A reusable water bottle is so much better than a one-time-use plastic bottle. Besides the fact that buying bottled water is ridiculously expensive, it’s also incredibly wasteful and not any “cleaner” than tap water. In fact, tap water is held to higher standards than bottled water, and there’s quite a bit of controversy surrounding bottled water companies. Did you know that bottled water companies don’t “pay” for the water in those bottles? They just buy or lease a piece of property, which gives them the right to use the water. Then they pump the water in huge amounts, often lowering the water table and changing the availability of the water supply in the surrounding area. They’ll even continue to pump water in extreme drought, further reducing the water available for their neighbors. I didn’t know any of this until I saw the documentary “Flow” and I would highly recommend it because it follows water issues all around the world.
And then there’s the plastic issue. A plastic bottle is doesn’t just contain plastic. It contains many different chemicals, which can leach into the water you drink and contaminate the landfill after you throw it out. Let’s also not forget about the fact that many places do not recycle all kinds of plastic and that it never biodegrades, resulting in a collection of trash in the ocean, like in the North Pacific Gyre.
To be truthful, I carried reusable water bottles before I knew about those issues because it saved money, and I see “my” water as “better” than theirs. We happen to live right near a huge reservoir, which supplies water to the surrounding towns. Our groundwater (we have a well) is fresh, clean, and we only pay for the electricity to pump it (once the well was dug and equipment installed). It’s “local” and all the rules that apply to local food apply to water. It doesn’t have to be shipped around the country or from another country, it’s right here, under our house. Not to mention, it doesn’t have that chlorinated taste. However, did you know if you do have chlorinated water, you can keep it in a bottle in the fridge overnight and the taste will go away? You can also install a filter at the tap or use a refrigerator that has filtered water in the door.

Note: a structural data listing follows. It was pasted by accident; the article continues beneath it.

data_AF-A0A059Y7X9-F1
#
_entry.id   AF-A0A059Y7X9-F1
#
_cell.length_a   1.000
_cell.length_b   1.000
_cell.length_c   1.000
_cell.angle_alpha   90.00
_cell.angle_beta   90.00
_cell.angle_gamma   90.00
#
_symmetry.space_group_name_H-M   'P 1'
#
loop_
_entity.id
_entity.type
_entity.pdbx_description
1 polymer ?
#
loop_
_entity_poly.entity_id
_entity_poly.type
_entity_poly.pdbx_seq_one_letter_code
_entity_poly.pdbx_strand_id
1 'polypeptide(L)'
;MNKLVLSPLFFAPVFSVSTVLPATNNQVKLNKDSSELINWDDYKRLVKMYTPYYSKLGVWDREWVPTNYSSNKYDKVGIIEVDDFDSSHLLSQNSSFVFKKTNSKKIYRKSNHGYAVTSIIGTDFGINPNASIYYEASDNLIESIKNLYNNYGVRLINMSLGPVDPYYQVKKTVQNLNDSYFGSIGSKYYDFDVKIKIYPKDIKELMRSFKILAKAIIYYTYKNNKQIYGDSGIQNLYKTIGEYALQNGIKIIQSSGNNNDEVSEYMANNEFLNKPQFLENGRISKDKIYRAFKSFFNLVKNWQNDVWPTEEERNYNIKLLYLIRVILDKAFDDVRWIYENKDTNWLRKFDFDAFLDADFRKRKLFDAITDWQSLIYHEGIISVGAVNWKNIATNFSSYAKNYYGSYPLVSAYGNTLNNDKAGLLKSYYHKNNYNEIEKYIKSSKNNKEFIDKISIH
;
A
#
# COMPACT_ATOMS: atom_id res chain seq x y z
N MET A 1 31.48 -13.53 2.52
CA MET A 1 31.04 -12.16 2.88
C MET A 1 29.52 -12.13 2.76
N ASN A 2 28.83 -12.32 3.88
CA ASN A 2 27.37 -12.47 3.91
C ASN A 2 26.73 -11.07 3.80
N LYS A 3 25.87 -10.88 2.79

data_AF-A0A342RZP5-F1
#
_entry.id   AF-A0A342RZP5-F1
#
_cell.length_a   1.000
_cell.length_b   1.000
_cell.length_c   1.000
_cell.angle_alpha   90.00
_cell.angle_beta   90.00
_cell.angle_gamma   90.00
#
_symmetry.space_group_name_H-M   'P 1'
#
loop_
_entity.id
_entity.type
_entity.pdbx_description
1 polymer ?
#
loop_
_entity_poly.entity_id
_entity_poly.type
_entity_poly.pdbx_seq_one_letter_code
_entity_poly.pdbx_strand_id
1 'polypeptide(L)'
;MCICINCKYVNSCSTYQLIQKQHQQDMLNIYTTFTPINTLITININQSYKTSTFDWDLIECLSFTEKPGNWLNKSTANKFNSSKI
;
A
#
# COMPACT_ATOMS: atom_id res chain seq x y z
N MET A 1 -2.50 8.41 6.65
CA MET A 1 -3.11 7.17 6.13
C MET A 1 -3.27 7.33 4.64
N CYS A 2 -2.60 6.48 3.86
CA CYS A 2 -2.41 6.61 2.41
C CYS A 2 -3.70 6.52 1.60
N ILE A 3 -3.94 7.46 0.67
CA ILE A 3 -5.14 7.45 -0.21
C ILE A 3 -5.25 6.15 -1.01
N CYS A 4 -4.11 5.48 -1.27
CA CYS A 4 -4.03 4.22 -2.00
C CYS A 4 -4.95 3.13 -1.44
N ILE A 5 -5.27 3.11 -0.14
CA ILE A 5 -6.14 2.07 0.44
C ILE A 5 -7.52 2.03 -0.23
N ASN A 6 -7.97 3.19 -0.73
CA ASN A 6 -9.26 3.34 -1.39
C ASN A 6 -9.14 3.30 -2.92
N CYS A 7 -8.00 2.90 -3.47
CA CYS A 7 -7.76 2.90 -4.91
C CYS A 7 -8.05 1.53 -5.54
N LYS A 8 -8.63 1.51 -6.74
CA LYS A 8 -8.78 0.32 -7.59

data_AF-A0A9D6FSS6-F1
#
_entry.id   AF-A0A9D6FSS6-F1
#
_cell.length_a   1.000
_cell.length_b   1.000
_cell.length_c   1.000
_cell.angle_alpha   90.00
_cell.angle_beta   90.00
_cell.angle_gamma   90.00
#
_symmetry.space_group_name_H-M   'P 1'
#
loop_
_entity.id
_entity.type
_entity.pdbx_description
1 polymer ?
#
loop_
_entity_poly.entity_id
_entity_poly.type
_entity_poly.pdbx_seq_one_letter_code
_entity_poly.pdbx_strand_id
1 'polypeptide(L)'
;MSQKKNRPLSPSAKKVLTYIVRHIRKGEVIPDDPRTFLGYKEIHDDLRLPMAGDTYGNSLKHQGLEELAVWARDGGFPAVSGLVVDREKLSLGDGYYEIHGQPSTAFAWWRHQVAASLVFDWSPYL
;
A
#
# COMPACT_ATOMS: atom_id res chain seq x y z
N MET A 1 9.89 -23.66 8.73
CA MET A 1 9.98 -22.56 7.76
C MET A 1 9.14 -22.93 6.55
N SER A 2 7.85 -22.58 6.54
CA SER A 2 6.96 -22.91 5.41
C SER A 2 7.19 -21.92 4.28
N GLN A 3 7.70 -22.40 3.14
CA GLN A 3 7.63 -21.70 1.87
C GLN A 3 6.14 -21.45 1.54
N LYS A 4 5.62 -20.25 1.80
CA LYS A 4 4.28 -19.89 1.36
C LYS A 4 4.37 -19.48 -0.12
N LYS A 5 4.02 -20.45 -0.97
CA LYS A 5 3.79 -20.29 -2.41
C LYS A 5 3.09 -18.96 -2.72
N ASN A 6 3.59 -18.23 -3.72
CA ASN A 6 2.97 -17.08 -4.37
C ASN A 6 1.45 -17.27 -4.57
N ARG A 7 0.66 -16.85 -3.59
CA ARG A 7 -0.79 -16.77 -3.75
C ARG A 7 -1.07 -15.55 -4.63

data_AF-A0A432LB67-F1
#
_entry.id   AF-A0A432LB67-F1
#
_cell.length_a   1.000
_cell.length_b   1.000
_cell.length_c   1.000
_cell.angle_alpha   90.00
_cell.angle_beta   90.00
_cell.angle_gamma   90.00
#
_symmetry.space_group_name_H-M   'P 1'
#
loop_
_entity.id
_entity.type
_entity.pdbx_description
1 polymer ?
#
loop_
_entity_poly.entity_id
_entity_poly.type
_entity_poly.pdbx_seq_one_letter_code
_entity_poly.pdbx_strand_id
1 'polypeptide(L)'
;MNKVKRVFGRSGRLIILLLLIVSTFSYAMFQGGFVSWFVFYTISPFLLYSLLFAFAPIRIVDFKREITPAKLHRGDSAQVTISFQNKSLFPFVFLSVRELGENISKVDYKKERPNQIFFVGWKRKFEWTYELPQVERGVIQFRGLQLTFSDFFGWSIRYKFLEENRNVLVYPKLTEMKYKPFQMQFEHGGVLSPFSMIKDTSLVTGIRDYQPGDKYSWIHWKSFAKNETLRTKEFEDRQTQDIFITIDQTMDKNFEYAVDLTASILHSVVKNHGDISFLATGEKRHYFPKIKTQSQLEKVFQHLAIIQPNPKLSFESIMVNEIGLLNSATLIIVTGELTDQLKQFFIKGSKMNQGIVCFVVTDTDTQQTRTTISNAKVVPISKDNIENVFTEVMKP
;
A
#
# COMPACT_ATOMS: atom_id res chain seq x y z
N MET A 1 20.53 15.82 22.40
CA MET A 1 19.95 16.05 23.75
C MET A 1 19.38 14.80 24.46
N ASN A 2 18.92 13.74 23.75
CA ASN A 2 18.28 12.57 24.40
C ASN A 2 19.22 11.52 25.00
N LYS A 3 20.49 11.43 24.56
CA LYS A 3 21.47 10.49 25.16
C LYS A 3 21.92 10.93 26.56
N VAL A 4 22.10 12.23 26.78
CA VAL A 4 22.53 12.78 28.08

For a long time, I carried a purple nalgene water bottle. However, in the last year or so, since a student first told me about the link between BPA and breast cancer (which lead to quite a bit of research on my part), I’ve been carrying metal water bottles instead. Now you can get BPA-free plastic, but I’d just like to avoid it. I feel like you never know what chemical they’ll find leaches into the water next.
The first metal water bottle I got was a SIGG, which I love. The bottle is made of aluminum and has a taste-neutral coating that allows you to add acidic and even fizzy liquids to it. It’s sleek design is sure to grab attention, as are the pretty designs and sayings that are printed on there. However, I soon came to realize that SIGG is not the best option for me. The relatively small opening means that I can’t drop in ice cubes or a slice of lemon or lime. They’re also not dishwasher safe (although I have put them in the dishwasher a few times, just to test them out).
I moved on to a Klean Kanteen, which automatically made me happy since it has a much wider mouth and is dishwasher safe. As you may be able to see from the picture, the orange one has gotten a lot of use, evidenced by the dents and peeling finish. In fact, the peeling finish is one of the things I’ve been disappointed with. It’s not even a year old and the finish is peeling, plus I’m not sure what’s exactly in that finish. The green and blue Klean Kanteen is currently my favorite water bottle.
About a month ago, the folks at Eco Canteen sent me one of their bottles, asking me to review it here. I said sure, but be aware that if I don’t like it, I’m going to say so! This bottle is also has a wide mouth. But, to be honest, I’ve only used it once. It looks almost exactly like the Klean Kanteen, except it’s plain old silver, and I’d much rather use my orange Klean Kanteen or the pretty blue and green Klean Kanteen that my mom got me for my birthday this year. It also has a black fingerprint on it, maybe in paint? It doesn’t come off and for some reason it grosses me out. I guess you get what you pay for. The one advantage of the silver color is that I may actually get my husband to use it, since he’s always worried that the guys at the job site will make fun of one of the fancier bottles. That is, of course, if I can ever wean him off Snapple.
I would encourage you to check out any of these reusable bottles, since they are cute, safer than plastic, will keep plastic out of land fills, provide you with potentially safer water than bottled, and will also save you money in the long run. SIGG and Klean Kanteen both also donate 1% of their sales to environmental causes. And do be wary: metal bottles made in China have been shown to contain BPA and lead in their paint. As always, you need to be an educated consumer. Whatever water bottle you choose, it’s the right choice over bottled water.